Hilary Tingley discovered a passion for caregiving when her mother was diagnosed with breast cancer.
“When my mom was sick, I always wanted to know more and be more helpful — I became her caregiver,” Tingley says.
After her mother finished treatment at their home in Florida, she moved to Chicago and eventually pursued a master’s degree in nursing at DePaul University.
“That’s when I fell in love with nursing,” she says. “It was an incredible experience to be able to see the things that I did and learn about different procedures.”
After graduating, Tingley joined the RUSH Cancer Center as a nurse navigator in breast oncology in 2019.
Focusing on patients first
Tingley helps guide patients through every step of their care — from diagnosis to recovery.
“When patients first hear the words ‘You have cancer,’ they are very anxious,” she says. “It’s the difference between the first conversation that I have with them and that last conversation — when they're relieved to be on the other side of care — that’s really satisfying.”
Tingley is grateful for her colleagues at the RUSH Cancer Center, where she says, “community stands out the most.”
“The doctors care a lot about their nurses and want to hear our feedback about how to make things run smoother,” Tingley says. “They are very supportive of the whole group involved in patient care — we are cohesive team.”
A passion project that led to change
While working full time, Tingley is also pursuing a doctorate in nursing and family medicine at RUSH University.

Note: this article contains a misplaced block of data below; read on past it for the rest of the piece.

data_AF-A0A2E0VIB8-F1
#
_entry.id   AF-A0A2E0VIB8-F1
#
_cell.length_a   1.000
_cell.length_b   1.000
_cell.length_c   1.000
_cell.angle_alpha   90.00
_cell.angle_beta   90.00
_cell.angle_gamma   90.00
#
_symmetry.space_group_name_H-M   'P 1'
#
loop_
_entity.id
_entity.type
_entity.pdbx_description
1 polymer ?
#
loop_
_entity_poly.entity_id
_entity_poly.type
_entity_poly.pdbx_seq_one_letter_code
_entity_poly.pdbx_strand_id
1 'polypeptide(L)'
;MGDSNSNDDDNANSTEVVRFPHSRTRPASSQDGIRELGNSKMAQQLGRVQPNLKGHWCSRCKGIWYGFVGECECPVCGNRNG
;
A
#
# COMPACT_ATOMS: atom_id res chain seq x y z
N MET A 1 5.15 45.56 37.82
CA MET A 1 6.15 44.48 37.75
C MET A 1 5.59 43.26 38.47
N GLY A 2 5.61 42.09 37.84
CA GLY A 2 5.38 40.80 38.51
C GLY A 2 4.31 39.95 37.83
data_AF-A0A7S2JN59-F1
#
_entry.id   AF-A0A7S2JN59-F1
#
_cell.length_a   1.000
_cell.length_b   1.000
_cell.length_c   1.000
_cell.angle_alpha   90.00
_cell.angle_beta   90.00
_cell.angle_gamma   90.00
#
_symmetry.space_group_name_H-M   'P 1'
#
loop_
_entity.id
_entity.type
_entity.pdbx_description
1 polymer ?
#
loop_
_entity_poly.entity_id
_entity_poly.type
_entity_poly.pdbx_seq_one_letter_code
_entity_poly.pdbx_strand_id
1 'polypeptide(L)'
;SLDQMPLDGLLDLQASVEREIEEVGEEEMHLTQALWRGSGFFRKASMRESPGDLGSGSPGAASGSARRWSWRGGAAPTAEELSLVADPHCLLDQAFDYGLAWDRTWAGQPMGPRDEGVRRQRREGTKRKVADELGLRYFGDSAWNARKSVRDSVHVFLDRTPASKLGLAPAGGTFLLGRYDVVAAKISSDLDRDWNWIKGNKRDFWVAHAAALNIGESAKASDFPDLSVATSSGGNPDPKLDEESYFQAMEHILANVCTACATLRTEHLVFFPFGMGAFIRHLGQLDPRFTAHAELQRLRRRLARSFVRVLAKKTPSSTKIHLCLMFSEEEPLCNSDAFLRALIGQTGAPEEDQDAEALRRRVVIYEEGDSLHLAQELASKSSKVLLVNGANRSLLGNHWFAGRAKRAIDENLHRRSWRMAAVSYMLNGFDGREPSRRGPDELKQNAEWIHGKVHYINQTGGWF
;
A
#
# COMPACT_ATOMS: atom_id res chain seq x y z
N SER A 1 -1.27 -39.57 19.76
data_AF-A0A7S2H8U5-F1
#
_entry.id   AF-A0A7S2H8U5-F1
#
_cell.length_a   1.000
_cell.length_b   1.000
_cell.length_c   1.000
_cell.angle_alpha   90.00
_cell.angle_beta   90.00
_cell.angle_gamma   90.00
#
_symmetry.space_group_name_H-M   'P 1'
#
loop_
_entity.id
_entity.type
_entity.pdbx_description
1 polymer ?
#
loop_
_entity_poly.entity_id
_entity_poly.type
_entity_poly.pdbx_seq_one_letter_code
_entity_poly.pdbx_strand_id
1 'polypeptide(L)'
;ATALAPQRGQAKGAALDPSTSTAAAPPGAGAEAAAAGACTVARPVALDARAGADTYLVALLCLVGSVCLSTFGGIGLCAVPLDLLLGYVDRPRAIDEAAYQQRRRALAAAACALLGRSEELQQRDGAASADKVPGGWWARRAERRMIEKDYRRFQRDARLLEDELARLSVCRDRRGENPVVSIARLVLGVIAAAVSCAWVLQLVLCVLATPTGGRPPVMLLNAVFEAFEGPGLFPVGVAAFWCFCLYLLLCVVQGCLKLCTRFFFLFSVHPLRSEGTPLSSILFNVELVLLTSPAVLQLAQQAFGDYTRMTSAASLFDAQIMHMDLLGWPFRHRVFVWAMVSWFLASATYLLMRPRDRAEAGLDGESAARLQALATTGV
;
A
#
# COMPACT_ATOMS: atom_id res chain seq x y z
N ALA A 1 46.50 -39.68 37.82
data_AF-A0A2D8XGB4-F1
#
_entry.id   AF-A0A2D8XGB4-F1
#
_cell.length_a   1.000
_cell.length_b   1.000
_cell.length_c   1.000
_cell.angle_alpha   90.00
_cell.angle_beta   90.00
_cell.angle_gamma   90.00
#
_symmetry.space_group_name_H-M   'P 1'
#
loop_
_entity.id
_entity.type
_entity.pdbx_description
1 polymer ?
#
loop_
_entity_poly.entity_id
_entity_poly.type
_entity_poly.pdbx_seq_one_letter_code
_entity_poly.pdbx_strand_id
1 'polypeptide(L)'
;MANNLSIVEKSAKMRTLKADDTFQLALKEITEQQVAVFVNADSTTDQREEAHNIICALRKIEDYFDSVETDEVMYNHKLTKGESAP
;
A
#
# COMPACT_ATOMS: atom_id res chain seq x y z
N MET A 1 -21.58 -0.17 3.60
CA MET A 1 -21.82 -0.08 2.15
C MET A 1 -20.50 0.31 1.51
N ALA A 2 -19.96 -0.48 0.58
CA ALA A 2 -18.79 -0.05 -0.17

Through school, Tingley helped to create the social determinants of health screening tool at RUSH. It connects lower-income patients with breast cancer to programs that address issues that can interfere with pursuing treatment, including food insecurity, transportation and utility bills.
With Tingley’s help, patients are called and screened before their appointment, setting them up with resources and support at the beginning of their care. In some cases, patients are also connected with social workers, who are the main source of support and play a large role in expediting patient care, Tingley adds.
“With the changes led by Hilary, patients are receiving treatment faster,” says Andrea Madrigrano, MD, a RUSH breast surgeon and mentor to Tingley. “We’re grateful for Hilary and her work.”
‘It’s uplifting to be recognized’
For her dedication to nursing in breast cancer care, Tingley was selected as the recipient of the Certified Breast Care Nurse of the Year Award.
“I’ve worked with Hilary for over five years, and her compassion, leadership, communication and organizational skills make her an invaluable asset to our breast team and patients,” says RUSH breast cancer coordinator Madeline McIntosh, RN.
Tingley says she was surprised and honored to win the national award.
“It makes me feel good to be recognized for what I’ve done so far. It’s really uplifting,” she says. “I’m thankful for my colleagues and mentors for their support. And I look forward to helping more patients by connecting them with resources through our social determinants of health screening.”
To learn more about breast cancer care at RUSH, visit rush.edu/breast-cancer-care.